A 15th-century manuscript described as “the world’s most mysterious” contains a secret message, according to a new computer analysis.
The Voynich Manuscript is written in an unknown language and script - and the 240-page vellum book has defied dozens of attempts to decipher it, even by top World War II codebreakers.
Carbon dating suggests that it was written in the second half of the fifteenth century, but the book first "surfaced" in the seventeenth century. It appears to be a guide to plants, but almost all the illustrations show non-existent species.
The manuscript is highly controversial, with many experts dismissing it as a hoax - but a new analysis of the text appears to have found “patterns” of meaning which would have been impossible to fake in the 15th century.
The new research has also found "keywords", some of which seem to match to the strange, hand-drawn illustrations that surround the text. It could aid new attempts to crack the code.
[Related: Researchers crack Copiale cipher]
“The Voynich text has resisted all attempts to decipher it, even by top World War II cryptographers,” says Dr. Marcelo A. Montemurro of Manchester University. “However, the fact that it has been impossible to decode so far cannot be a proof that there is no message inside it.”
Other ciphers previously thought "unbreakable" have recently been cracked by computer technology - such as the Copiale Cipher, an 18th century German manuscript which was "broken" in 2011, revealing the secret rites of an occult society.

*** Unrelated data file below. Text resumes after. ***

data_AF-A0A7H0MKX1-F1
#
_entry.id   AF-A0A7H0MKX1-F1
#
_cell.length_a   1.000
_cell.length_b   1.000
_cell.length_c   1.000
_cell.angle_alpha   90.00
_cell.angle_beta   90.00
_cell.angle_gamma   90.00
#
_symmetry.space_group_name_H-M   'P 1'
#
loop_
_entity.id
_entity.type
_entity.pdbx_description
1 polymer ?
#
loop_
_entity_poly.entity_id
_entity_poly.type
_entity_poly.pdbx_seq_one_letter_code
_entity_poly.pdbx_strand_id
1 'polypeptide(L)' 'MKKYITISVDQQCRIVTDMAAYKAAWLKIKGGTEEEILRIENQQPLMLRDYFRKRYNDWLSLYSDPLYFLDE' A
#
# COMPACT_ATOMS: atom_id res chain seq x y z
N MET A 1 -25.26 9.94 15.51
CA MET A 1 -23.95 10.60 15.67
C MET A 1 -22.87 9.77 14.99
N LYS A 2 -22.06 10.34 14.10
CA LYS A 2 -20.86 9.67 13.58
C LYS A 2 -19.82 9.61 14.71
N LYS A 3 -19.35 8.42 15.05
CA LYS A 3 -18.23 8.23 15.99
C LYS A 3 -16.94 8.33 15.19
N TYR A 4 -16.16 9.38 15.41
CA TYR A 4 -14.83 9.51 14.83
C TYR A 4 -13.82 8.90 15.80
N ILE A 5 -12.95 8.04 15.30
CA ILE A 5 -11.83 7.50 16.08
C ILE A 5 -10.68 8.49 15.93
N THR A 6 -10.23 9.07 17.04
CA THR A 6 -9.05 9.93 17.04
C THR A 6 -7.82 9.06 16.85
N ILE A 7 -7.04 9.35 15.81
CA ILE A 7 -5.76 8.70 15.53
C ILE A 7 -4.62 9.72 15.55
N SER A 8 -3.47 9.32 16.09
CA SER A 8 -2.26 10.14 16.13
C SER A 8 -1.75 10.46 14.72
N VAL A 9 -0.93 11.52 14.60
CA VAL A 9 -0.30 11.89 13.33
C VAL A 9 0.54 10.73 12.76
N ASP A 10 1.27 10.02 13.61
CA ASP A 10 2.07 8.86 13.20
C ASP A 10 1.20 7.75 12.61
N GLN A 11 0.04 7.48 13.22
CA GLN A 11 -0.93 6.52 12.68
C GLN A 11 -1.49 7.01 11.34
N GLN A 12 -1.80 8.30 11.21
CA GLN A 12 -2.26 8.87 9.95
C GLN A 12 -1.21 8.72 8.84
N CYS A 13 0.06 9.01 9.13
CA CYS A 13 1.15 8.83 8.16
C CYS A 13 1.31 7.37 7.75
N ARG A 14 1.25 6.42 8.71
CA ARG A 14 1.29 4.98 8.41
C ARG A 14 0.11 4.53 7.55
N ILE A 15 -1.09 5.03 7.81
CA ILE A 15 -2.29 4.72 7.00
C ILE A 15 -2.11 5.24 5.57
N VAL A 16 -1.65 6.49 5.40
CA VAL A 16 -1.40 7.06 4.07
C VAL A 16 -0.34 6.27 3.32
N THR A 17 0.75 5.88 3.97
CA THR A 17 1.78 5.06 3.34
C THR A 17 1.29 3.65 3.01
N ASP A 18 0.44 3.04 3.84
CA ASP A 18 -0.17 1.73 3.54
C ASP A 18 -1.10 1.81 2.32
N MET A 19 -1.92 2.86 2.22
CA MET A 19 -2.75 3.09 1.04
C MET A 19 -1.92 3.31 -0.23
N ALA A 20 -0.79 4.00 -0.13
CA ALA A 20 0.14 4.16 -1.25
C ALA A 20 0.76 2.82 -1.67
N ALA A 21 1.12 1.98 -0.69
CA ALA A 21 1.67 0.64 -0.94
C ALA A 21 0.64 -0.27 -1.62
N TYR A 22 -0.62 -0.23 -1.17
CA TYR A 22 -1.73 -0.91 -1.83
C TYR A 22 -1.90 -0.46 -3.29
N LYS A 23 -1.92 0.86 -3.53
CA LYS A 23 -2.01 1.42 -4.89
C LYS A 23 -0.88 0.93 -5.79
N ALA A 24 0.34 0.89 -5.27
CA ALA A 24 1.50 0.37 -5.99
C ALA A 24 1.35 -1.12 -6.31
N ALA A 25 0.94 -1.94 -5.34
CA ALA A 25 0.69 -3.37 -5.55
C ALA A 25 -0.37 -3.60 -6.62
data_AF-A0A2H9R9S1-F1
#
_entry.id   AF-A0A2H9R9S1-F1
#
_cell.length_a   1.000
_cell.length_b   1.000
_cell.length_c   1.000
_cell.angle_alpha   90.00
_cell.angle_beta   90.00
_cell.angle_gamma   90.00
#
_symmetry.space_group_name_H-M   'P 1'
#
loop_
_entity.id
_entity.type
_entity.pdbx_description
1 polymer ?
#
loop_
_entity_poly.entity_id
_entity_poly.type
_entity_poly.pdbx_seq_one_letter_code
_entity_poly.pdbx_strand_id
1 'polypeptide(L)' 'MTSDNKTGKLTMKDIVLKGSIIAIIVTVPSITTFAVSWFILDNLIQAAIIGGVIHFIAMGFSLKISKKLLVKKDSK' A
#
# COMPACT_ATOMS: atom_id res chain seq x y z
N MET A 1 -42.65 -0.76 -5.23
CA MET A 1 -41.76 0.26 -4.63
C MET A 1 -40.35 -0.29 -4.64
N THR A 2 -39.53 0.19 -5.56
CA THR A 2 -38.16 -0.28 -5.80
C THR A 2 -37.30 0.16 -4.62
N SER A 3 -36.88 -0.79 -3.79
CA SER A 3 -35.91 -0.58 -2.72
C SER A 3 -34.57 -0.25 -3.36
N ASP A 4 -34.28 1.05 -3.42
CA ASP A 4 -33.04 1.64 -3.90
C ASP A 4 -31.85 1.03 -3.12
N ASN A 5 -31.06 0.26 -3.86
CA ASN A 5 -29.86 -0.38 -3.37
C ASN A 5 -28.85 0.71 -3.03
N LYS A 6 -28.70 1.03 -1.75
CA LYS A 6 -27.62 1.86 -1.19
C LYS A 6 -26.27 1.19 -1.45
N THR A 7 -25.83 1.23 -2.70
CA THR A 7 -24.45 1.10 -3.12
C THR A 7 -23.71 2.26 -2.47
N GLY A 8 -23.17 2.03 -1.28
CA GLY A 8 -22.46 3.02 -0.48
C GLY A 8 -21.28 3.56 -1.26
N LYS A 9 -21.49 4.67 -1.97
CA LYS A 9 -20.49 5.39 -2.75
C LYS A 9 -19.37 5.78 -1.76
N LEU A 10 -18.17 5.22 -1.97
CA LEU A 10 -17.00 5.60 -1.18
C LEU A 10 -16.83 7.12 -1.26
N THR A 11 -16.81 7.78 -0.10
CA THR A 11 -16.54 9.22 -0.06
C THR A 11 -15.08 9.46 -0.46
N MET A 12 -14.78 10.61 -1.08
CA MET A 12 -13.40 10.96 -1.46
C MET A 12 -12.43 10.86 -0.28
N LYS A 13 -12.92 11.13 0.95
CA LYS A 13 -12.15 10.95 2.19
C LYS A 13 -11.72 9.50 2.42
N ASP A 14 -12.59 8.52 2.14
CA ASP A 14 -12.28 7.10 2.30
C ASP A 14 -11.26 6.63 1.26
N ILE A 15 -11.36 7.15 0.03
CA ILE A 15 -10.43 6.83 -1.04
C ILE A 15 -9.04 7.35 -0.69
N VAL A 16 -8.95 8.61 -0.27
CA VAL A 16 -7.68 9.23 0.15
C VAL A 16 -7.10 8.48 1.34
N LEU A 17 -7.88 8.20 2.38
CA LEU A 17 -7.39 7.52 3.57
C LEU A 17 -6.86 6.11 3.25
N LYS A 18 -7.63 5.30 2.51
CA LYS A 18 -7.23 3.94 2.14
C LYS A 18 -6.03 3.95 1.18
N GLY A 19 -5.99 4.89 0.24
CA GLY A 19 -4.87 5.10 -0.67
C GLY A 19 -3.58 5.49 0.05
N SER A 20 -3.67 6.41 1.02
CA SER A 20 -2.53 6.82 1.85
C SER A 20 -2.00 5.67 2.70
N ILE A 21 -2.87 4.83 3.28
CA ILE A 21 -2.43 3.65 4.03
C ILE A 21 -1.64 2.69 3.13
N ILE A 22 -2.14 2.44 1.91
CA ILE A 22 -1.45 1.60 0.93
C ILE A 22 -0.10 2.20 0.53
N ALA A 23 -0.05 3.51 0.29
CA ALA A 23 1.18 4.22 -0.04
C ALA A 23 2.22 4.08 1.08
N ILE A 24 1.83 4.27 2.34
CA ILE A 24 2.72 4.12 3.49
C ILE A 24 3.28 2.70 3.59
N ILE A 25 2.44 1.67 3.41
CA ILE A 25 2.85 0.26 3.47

“For the past few years I have been studying the statistics of language - using methods from physics and information theory,” says Montemurro. “These methods allow the extraction of keywords (that is words that are closely relevant to the meaning of the text) even if the underlying language is unknown.”
Montemurro’s technique analysed the text at a large scale - looking for “clusters” of words as the text moved from one subject to another, rather than trying to understand the manuscript’s grammar.
“Over long spans of texts, words leave a statistical signature about their use,” says Montemurro. “When the topic shifts to a different one, other words are needed, and so on.”
Montemurro’s analysis found a range of “keywords” in the text - and found that the pattern of their use was similar to known languages. The researchers also found that clusters of keywords seemed to “match” the illustrations.
The knowledge required to put this level of detail into a hoax manuscript means it is less likely that a 15th century hoaxer could have faked it.
“It is not not an absolute impossibility that it is a hoax - but most if not all of these features were not known in the 15th century,” says Montemurro. “The hoax hypothesis is that it needs to explain all the levels of structure that are found in the text - and how they could naturally emerge from the hoaxing method.”
“I’m not a cryptographer, but I can see it as a step forward in the sense that now there are candidates among the text’s words to be those more closely connected with the meaning of the text,” says Montemurro. “There is still the question of what sort of method was used to encode the message and hide its message - making a connection between our analysis and a possible decoding mechanism will require more specialized research."